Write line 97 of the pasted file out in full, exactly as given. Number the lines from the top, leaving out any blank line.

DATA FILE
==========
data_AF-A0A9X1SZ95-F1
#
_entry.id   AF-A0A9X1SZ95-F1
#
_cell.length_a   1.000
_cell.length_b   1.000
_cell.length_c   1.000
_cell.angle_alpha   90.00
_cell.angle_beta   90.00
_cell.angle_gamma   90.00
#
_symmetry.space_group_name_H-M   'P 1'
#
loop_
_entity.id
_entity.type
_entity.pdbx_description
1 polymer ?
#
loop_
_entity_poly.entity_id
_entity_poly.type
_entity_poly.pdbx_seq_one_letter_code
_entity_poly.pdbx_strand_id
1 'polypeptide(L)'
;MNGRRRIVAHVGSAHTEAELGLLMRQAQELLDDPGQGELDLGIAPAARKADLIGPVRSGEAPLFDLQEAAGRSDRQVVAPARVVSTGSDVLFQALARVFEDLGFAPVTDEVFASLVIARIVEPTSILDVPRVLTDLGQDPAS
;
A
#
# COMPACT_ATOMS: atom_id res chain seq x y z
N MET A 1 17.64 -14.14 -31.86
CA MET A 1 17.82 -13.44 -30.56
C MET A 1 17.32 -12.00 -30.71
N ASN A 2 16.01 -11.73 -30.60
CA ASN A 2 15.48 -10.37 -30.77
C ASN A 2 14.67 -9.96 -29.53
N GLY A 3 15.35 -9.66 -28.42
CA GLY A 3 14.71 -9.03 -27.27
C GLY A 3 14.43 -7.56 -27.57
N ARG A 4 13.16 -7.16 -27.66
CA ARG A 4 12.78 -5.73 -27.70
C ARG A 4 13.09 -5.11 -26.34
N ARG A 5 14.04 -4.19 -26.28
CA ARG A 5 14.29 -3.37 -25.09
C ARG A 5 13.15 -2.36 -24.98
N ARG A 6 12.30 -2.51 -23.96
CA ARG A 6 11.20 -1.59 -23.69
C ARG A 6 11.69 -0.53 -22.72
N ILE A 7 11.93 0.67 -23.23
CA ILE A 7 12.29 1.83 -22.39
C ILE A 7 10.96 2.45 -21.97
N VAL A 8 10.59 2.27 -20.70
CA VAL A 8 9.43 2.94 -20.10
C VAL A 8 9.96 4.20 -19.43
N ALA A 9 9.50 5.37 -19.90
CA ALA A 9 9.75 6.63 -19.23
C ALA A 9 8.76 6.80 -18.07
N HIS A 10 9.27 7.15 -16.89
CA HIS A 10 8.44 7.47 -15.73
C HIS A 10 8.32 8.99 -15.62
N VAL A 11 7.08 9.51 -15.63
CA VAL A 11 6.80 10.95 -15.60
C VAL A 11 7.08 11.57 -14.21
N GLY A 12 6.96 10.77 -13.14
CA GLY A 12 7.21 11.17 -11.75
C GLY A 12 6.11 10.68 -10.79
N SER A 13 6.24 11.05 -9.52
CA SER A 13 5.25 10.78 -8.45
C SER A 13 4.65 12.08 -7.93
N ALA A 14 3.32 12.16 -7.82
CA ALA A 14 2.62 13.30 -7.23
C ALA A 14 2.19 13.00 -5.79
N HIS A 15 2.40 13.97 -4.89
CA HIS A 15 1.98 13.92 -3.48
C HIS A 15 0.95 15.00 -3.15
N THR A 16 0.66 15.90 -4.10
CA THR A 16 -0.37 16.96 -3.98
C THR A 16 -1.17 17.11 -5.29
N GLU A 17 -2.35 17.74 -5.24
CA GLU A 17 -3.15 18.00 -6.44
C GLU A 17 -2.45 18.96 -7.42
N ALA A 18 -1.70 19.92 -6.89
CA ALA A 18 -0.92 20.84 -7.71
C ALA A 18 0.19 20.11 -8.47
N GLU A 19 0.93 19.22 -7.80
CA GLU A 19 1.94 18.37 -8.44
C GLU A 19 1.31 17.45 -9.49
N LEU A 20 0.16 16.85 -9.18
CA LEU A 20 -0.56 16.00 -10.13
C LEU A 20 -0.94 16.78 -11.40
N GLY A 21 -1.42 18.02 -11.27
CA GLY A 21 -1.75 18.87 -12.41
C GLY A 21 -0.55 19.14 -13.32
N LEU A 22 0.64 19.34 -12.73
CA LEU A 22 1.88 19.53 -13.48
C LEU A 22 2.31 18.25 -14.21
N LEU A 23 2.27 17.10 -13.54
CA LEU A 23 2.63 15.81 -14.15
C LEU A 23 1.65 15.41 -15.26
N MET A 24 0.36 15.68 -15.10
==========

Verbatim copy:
N LEU A 23 2.27 17.10 -13.54